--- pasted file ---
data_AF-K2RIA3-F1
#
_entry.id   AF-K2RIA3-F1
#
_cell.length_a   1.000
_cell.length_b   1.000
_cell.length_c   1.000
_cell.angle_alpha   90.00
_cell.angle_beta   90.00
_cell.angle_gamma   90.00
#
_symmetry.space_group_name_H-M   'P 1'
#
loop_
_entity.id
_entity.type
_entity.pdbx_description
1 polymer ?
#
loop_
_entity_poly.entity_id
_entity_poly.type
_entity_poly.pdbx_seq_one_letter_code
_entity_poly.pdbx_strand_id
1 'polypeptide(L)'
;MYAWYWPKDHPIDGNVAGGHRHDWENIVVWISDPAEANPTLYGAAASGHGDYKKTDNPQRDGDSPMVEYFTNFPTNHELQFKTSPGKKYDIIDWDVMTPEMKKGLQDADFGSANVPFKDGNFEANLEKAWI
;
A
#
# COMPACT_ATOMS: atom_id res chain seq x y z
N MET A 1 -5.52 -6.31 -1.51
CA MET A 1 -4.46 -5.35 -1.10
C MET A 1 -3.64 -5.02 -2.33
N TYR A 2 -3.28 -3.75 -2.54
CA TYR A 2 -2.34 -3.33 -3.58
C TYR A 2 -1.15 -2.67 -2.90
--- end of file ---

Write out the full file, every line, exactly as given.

data_AF-K2RIA3-F1
#
_entry.id   AF-K2RIA3-F1
#
_cell.length_a   1.000
_cell.length_b   1.000
_cell.length_c   1.000
_cell.angle_alpha   90.00
_cell.angle_beta   90.00
_cell.angle_gamma   90.00
#
_symmetry.space_group_name_H-M   'P 1'
#
loop_
_entity.id
_entity.type
_entity.pdbx_description
1 polymer ?
#
loop_
_entity_poly.entity_id
_entity_poly.type
_entity_poly.pdbx_seq_one_letter_code
_entity_poly.pdbx_strand_id
1 'polypeptide(L)'
;MYAWYWPKDHPIDGNVAGGHRHDWENIVVWISDPAEANPTLYGAAASGHGDYKKTDNPQRDGDSPMVEYFTNFPTNHELQFKTSPGKKYDIIDWDVMTPEMKKGLQDADFGSANVPFKDGNFEANLEKAWI
;
A
#
# COMPACT_ATOMS: atom_id res chain seq x y z
N MET A 1 -5.52 -6.31 -1.51
CA MET A 1 -4.46 -5.35 -1.10
C MET A 1 -3.64 -5.02 -2.33
N TYR A 2 -3.28 -3.75 -2.54
CA TYR A 2 -2.34 -3.33 -3.58
C TYR A 2 -1.15 -2.67 -2.90